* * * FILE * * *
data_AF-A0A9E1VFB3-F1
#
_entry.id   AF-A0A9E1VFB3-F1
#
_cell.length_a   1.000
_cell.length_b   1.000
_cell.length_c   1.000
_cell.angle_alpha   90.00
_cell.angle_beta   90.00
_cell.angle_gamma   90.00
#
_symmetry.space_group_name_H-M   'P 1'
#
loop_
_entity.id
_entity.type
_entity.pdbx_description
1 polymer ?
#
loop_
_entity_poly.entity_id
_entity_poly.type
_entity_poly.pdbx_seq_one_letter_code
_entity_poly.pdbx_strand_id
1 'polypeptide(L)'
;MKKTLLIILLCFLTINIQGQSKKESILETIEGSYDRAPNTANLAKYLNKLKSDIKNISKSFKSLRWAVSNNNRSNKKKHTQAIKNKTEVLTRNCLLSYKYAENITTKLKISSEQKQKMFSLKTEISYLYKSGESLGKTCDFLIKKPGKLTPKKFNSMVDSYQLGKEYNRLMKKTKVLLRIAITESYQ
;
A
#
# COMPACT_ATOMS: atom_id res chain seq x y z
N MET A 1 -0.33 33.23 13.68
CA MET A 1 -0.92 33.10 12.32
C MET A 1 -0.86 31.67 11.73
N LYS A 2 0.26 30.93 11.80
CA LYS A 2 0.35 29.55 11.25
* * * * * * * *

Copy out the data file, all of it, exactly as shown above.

data_AF-A0A9E1VFB3-F1
#
_entry.id   AF-A0A9E1VFB3-F1
#
_cell.length_a   1.000
_cell.length_b   1.000
_cell.length_c   1.000
_cell.angle_alpha   90.00
_cell.angle_beta   90.00
_cell.angle_gamma   90.00
#
_symmetry.space_group_name_H-M   'P 1'
#
loop_
_entity.id
_entity.type
_entity.pdbx_description
1 polymer ?
#
loop_
_entity_poly.entity_id
_entity_poly.type
_entity_poly.pdbx_seq_one_letter_code
_entity_poly.pdbx_strand_id
1 'polypeptide(L)'
;MKKTLLIILLCFLTINIQGQSKKESILETIEGSYDRAPNTANLAKYLNKLKSDIKNISKSFKSLRWAVSNNNRSNKKKHTQAIKNKTEVLTRNCLLSYKYAENITTKLKISSEQKQKMFSLKTEISYLYKSGESLGKTCDFLIKKPGKLTPKKFNSMVDSYQLGKEYNRLMKKTKVLLRIAITESYQ
;
A
#
# COMPACT_ATOMS: atom_id res chain seq x y z
N MET A 1 -0.33 33.23 13.68
CA MET A 1 -0.92 33.10 12.32
C MET A 1 -0.86 31.67 11.73
N LYS A 2 0.26 30.93 11.80
CA LYS A 2 0.35 29.55 11.25